In a June 4, 2020 press release (here), the SEC announced that it had granted an individual a $50 million whistleblower award, the largest ever award to a single individual. While there had been a prior $50 million award that two individuals shared, the largest prior award to a single individual was a 2018 award of $39 million.
Under the SEC Whistleblower Program established in the Dodd-Frank Act, individuals who provide the agency with original leads about illegal conduct, or give the agency information that significantly advances an open investigation, may receive a bounty of between 10% and 30% of the total fines collected.
The SEC’s June 4, 2020 order making the recent $50 million award (actually, “nearly $50 million” award) is heavily redacted so it is not possible from the order to find out the name of the individual receiving the award or even what the individual’s report was about or how it helped the agency.
However, a June 5, 2020 Wall Street Journal article about the award (here) provides a significant amount of information about the award, including the name of the individual receiving the award and the nature of the whistleblower report he provided.
According to the Journal, the individual receiving the award is Grant Wilson, a former currency trader at the Bank of New York Mellon. Wilson apparently alerted authorities, including the SEC, of the bank’s pattern of overcharging big clients on currency trades. The Journal article reports that Wilson provided extensive documentation, including descriptions of how the bank processed trades that resulted in client overcharges. The SEC’s June 4 order says that the whistleblower’s assistance involved “firsthand observations of misconduct” and details that “provided a road map for the investigation.”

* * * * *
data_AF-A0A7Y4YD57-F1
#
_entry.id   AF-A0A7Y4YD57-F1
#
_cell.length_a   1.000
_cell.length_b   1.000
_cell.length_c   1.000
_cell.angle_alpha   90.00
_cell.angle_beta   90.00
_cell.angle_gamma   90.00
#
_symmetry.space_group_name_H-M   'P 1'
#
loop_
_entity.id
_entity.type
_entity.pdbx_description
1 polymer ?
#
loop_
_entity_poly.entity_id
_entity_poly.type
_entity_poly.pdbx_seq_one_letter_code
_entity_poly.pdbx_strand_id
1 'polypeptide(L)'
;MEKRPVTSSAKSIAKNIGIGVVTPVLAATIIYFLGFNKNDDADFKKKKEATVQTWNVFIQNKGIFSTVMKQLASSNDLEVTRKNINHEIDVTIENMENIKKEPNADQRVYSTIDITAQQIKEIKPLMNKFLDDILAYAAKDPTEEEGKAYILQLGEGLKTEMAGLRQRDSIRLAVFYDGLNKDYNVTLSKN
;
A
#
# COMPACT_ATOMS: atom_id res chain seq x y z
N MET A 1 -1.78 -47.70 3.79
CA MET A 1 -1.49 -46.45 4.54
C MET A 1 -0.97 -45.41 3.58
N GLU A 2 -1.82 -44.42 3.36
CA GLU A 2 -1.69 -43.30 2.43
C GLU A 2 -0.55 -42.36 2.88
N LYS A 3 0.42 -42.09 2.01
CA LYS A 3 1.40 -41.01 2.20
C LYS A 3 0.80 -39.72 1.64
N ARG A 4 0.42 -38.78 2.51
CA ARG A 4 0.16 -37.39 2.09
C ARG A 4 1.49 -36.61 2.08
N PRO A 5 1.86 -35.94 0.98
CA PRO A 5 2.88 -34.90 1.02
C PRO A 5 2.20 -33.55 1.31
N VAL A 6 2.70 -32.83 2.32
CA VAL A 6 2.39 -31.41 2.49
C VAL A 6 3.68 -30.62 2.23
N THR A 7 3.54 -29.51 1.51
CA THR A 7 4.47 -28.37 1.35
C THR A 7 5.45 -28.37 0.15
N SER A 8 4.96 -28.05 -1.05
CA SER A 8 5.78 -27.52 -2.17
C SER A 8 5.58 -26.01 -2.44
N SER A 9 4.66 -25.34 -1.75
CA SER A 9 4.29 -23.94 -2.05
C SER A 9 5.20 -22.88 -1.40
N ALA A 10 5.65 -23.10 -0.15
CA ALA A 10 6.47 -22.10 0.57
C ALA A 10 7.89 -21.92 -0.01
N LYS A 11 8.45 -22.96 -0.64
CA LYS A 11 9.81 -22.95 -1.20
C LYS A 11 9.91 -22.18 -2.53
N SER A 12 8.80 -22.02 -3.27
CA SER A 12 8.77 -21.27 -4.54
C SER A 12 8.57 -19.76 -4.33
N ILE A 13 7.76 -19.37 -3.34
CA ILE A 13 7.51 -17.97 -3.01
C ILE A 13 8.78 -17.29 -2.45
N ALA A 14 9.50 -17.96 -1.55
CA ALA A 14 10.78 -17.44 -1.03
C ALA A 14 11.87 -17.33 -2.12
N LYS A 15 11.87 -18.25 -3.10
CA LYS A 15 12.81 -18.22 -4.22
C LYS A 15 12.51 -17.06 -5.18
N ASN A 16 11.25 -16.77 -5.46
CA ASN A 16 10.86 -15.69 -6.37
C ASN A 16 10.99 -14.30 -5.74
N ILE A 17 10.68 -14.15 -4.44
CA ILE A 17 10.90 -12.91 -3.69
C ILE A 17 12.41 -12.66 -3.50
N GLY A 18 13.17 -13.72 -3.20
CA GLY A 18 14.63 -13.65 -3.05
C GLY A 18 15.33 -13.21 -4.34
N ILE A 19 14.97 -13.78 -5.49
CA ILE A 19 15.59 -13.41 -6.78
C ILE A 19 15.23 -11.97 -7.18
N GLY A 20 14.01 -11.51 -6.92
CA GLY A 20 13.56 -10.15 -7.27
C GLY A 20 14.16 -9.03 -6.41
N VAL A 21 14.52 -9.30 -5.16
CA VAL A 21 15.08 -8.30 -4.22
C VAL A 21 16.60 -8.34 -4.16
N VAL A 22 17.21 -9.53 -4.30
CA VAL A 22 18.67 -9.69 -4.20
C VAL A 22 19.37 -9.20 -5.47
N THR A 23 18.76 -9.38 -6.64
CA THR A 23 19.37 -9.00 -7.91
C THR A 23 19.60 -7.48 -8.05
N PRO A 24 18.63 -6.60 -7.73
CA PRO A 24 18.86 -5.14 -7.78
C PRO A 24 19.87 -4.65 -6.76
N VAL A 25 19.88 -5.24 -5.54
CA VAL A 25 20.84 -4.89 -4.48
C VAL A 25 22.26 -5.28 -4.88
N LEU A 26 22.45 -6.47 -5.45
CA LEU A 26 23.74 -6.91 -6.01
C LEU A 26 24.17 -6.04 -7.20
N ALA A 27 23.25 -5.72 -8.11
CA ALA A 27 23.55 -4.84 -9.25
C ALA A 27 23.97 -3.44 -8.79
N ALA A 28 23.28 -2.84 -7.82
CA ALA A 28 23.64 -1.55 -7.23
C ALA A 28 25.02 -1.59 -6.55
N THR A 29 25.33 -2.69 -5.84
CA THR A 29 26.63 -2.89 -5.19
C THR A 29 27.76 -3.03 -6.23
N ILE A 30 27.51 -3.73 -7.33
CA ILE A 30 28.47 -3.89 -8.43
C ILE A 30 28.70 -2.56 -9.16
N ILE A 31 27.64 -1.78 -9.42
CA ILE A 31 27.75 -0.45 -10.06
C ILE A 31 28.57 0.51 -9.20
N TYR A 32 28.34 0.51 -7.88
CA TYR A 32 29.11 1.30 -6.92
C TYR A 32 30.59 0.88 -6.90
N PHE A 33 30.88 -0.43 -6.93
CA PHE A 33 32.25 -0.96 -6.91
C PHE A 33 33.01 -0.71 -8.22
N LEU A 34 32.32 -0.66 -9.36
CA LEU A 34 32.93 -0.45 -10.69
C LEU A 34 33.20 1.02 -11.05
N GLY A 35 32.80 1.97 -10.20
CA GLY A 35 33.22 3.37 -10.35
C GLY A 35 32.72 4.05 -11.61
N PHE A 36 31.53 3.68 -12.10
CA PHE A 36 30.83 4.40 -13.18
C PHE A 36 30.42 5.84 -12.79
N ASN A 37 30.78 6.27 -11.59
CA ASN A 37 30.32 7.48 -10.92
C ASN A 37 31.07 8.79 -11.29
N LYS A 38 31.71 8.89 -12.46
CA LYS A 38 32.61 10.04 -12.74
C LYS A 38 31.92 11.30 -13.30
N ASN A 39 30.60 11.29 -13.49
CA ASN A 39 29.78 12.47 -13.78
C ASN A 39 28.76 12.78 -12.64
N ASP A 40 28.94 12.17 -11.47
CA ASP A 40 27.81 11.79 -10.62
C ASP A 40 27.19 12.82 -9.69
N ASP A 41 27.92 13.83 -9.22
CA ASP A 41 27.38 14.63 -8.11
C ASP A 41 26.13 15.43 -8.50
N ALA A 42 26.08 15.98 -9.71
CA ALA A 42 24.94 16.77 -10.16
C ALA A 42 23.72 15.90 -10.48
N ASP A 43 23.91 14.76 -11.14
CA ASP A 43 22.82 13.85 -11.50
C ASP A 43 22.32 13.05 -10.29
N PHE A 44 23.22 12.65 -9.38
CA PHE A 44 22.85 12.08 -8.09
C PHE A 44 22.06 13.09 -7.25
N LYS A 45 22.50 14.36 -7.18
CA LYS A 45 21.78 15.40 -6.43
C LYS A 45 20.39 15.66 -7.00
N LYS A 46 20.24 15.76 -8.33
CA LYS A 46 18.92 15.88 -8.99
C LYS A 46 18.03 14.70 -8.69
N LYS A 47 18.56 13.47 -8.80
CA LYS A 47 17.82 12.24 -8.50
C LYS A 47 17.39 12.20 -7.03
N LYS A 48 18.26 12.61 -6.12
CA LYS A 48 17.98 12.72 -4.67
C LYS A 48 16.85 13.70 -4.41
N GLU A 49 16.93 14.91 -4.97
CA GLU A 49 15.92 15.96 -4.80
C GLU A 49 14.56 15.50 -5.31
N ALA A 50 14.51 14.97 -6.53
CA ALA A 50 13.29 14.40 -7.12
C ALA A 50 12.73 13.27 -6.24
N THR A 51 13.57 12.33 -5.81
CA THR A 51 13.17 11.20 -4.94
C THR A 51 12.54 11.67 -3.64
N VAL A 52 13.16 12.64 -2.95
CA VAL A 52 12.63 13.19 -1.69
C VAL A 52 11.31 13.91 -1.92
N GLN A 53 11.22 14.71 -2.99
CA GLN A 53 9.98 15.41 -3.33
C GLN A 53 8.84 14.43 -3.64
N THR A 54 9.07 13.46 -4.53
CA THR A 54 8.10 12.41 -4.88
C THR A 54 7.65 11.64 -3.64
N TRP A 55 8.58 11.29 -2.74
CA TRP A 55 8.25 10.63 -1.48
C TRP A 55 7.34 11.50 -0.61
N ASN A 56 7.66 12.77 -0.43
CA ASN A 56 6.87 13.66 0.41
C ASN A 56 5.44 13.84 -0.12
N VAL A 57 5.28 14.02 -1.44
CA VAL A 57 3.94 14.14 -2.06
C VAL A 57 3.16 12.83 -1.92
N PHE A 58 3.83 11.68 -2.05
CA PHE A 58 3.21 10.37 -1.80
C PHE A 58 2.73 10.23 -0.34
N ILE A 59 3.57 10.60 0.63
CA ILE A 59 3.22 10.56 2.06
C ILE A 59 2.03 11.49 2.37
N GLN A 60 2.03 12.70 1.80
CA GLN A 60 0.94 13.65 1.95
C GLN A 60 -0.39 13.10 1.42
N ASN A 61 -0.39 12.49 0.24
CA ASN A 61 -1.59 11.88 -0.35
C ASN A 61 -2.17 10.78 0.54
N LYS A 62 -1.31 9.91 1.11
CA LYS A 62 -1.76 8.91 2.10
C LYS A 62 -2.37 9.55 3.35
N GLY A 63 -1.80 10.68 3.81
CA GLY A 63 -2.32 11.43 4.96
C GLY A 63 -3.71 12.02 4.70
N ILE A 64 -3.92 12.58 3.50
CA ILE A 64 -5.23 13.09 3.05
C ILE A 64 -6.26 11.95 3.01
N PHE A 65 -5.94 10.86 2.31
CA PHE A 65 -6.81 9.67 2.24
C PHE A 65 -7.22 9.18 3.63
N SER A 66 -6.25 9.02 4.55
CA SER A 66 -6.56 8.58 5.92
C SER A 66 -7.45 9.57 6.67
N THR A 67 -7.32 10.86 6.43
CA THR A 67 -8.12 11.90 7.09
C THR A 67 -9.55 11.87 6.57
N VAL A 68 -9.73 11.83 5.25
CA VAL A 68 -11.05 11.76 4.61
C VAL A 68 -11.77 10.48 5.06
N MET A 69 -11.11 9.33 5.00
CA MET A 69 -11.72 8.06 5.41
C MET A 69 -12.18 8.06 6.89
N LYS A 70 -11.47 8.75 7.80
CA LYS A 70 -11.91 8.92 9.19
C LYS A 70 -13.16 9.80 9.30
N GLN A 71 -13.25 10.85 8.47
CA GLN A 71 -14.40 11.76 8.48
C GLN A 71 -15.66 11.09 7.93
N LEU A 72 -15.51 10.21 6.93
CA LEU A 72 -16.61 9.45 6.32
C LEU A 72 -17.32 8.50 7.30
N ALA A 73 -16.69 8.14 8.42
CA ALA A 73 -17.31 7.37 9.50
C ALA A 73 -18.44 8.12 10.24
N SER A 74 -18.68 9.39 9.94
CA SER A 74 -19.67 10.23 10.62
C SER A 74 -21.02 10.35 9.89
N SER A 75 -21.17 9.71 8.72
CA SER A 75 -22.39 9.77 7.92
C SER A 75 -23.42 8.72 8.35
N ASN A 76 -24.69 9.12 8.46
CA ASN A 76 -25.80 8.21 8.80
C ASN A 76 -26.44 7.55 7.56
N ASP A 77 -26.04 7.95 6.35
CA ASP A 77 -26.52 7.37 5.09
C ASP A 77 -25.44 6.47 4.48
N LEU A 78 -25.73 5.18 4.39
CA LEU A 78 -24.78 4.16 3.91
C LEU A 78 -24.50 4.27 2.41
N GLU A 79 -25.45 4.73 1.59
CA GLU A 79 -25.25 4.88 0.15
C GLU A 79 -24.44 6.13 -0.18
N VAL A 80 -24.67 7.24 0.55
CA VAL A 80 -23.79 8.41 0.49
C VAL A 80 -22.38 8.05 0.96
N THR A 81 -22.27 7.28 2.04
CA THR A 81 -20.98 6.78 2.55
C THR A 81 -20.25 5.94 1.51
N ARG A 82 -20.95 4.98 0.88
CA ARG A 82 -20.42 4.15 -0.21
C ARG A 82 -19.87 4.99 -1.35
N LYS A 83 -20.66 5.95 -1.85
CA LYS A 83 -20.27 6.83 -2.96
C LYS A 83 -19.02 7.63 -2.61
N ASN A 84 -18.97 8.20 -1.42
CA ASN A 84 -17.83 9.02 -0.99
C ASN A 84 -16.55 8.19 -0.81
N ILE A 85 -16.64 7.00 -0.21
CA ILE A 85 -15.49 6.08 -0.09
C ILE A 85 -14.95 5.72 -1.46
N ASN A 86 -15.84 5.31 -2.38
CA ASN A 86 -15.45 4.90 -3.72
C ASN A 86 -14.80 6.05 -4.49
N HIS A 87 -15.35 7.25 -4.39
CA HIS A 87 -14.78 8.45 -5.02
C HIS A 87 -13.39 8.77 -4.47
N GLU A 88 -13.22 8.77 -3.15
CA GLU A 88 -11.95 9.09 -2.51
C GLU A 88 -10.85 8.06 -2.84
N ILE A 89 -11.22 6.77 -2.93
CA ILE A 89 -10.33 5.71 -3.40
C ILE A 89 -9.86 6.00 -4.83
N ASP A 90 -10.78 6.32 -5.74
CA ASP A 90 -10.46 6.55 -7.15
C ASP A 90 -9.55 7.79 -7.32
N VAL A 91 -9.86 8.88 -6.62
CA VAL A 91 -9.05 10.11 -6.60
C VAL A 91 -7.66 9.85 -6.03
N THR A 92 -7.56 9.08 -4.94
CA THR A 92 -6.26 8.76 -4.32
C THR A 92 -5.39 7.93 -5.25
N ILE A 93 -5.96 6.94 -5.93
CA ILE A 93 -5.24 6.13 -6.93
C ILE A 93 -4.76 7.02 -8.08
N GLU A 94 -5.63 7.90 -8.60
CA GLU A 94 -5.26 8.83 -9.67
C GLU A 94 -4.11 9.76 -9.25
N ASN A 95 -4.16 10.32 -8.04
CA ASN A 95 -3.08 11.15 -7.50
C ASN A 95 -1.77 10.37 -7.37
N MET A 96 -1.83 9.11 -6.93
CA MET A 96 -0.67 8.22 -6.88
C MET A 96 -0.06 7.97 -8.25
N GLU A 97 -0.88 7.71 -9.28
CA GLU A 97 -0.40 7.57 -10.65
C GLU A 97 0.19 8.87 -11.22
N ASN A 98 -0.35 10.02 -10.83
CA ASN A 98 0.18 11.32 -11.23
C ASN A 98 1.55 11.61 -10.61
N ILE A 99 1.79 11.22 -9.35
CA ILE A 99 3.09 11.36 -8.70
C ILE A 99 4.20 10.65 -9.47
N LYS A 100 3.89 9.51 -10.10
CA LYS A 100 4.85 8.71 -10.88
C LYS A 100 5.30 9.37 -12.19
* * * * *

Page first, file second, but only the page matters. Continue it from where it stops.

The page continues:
The bank ultimately paid fines totaling $714 million, including $163 million in fines to the SEC. (The $50 award in connection with $163 million in SEC fines means that Wilson received an award at the upper end of the permissible range.)
According to the SEC’s press release about the recent record award, the SEC has awarded over $500 million to 83 individuals since issuing its first award in 2012. All payments are made out of an investor protection fund established by Congress that is financed entirely through monetary sanctions paid to the SEC by securities law violators. No money is taken or withheld from harmed investors to pay whistleblower awards. The SEC’s statistics on the whistleblower program can be found here.
The SEC’s press release also contains a statement by the head of the SEC’s Office of the Whistleblower that “Whistleblowers have proven to be a critical tool in the enforcement arsenal to combat fraud and protect investors.”
According to recent press reports (for example here), in the midst of the coronavirus outbreak, whistleblower reports and other tips have become a particularly important part of the SEC’s arsenal as it tries to combat financial misconduct during the pandemic. According to the reports, during the period between Mid-March and Mid-May of this year, the number of complaints to the agency increased by over 35%. The likelihood is there could be a significant jump in the level of enforcement activity based on whistleblower reports in the wake of the pandemic. The SEC’s recent record individual award will likely further hearten would-be whistleblower and encourage even further whistleblower reports.